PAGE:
“C’mon man…!” TiVo Spoiler Survey: Uncool Spoiler Behavior Persists

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The simple words, SPOILER ALERT, can easily determine one’s TV fate. Today, TiVo Research Inc., a wholly-owned subsidiary of TiVo Inc., revealed results from its TiVo Spoilers Behavior Survey. According to the 14,673 respondents surveyed in June 2014, a whopping 78 percent report that a movie, show or sports game has been spoiled for them before.

Of those who have been spoiled, 64 percent report the most common experience is a major plot point on a TV show being revealed while 56 percent reported a character death on a TV show being exposed. For 23 percent of respondents, the worst kind of spoiler is the final result of a sports game they planned on watching later. TV spoilers are also more common and considered worse than movie spoilers.

When listing all of the ways respondents have been spoiled before, the highest, at 65 percent, is by friends, acquaintances and co-workers, followed by 59 percent reporting the spoiler came from news headlines on the Internet. Additionally, 57 percent say live TV has been the cause, while 49 percent blame Facebook.

Precautions have become necessary for 71 percent of respondents when it comes to spoilers. Within this group, the most common avoidance technique is to tell people you haven’t watched something yet and ask them not to spoil it (67 percent). Avoiding social media (67 percent), certain websites (63 percent) and live TV (54 percent) are additional ways those surveyed keep their experience spoil free.

So whether or not you are perusing through social media or conversing with a friend, there really is no safe zone when talking TV and movies. So what’s one to do to avoid the uncool spoiler behavior out there? Binge-watching anything and everything right when it comes out so nothing can be spoiled, seems like a good idea!

Additional Key Findings

  • Of those who live in Eastern, Central, and Mountain Time Zones, 13 percent avoid talking about shows they really care about until more people have had a chance to watch it, while 36 percent don’t worry about it.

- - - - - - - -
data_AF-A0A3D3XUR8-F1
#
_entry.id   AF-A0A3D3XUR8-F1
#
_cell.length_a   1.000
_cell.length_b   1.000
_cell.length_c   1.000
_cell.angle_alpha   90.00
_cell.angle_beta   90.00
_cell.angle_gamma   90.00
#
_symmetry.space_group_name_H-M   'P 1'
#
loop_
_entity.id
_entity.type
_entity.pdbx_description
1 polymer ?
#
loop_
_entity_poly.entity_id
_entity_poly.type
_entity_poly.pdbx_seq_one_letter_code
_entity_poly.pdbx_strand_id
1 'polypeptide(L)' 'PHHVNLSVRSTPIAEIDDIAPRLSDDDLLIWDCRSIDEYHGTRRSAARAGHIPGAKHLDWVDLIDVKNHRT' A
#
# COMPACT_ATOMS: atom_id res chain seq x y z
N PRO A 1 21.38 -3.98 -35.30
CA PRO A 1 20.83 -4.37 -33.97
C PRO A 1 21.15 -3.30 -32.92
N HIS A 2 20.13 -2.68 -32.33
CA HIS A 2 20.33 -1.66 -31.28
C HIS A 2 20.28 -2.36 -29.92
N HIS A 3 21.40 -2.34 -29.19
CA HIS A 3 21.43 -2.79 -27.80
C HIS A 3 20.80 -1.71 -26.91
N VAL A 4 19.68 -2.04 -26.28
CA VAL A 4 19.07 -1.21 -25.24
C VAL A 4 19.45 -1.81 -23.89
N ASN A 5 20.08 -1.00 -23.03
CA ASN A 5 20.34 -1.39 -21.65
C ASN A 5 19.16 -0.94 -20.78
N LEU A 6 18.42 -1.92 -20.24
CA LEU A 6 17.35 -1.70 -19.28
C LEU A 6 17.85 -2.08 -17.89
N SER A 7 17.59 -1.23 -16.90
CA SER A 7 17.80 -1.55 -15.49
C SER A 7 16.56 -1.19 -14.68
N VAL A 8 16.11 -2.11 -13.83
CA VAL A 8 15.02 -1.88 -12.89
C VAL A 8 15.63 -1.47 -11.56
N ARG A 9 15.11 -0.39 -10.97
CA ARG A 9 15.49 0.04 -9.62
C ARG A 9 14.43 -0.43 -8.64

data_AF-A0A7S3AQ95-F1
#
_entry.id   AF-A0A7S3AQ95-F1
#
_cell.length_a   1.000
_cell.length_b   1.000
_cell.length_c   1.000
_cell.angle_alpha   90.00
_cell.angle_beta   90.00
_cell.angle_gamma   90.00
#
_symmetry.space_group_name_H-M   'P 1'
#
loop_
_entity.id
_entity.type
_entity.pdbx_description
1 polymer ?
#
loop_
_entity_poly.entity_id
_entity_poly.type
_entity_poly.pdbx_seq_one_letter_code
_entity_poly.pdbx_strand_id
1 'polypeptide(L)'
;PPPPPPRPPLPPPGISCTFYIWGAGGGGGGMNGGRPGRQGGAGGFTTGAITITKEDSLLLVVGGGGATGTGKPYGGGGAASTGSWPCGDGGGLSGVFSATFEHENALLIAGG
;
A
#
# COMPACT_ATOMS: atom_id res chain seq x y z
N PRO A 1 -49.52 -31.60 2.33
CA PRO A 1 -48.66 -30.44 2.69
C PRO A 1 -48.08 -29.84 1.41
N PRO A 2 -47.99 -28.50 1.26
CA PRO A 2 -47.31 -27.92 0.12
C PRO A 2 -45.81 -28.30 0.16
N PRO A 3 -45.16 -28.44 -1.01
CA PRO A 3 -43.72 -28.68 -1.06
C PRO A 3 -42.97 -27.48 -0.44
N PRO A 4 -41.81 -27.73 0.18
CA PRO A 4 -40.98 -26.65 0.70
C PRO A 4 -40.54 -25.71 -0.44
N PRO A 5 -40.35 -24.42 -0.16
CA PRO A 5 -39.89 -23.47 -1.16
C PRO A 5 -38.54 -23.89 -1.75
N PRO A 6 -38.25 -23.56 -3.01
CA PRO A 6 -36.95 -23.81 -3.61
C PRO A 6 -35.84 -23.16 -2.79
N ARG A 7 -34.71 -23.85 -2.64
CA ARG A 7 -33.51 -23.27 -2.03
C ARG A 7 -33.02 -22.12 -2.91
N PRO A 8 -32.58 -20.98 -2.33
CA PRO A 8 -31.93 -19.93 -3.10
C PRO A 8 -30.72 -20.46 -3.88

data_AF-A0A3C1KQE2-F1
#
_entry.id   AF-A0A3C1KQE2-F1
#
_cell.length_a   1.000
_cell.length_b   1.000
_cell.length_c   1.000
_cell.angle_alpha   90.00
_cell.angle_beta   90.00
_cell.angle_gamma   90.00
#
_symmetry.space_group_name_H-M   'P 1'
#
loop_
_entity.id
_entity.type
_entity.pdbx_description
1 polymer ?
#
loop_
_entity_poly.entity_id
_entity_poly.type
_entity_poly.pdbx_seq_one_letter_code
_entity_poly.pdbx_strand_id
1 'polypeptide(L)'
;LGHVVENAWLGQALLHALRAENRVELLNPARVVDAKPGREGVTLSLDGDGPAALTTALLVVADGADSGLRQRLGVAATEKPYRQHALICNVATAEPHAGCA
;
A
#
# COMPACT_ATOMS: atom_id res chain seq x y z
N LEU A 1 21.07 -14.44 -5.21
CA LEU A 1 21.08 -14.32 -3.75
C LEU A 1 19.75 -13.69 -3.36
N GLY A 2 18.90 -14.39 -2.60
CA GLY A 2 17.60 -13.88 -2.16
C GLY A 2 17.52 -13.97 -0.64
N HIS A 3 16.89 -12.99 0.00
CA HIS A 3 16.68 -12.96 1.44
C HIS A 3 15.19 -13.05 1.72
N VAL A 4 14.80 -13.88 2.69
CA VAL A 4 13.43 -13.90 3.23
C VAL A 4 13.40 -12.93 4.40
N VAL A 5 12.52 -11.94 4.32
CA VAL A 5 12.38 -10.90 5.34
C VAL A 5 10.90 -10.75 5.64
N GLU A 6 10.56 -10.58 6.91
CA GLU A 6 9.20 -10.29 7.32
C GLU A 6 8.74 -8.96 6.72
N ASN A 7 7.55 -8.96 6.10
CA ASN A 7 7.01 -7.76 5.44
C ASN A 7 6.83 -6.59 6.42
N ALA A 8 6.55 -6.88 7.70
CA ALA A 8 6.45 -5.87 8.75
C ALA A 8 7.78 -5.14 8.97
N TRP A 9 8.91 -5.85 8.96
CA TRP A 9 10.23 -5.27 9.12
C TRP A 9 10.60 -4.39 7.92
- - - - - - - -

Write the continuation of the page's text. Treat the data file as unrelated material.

• Of those who live in the Pacific, Alaska, and Hawaii Time Zones, a full 30 percent avoid the Internet as soon as a show they really care about airs in other Time Zones; 27 percent don’t worry about it.
  • 46 percent would eliminate the possibility of being spoiled if they could.

Survey Methodology

TiVo Research conducted the TiVo Spoilers Behavior Survey in June 2014. Respondents were part of the TiVo Advisors Panel, an opt-in panel of approximately 30,000 TiVo subscribers whose second-by-second viewing behavior is anonymously tracked on an ongoing basis. This viewing data is merged with our monthly attitudinal surveys, allowing us unprecedented insight into behavioral habits and television viewing. 14,673 panel members participated in this survey wildstar gold.


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  • John

    My biggest source of spoilers? My TiVo Roamio. I’ll set up a recording of, say, a football game, and then start watching a couple of hours later. But when I turn on my TV, rather than finding the TiVo the menu page or guide page that I was last on, the TiVo is playing live TV…and suddenly I know the third quarter score before I’ve started watching the opening kick-off! This is a frustrating design choice with the TiVo (compared to Windows Media Center or other DVR software). If there’s a way to STOP play of live TV (not pause, but stop), then I haven’t found it.

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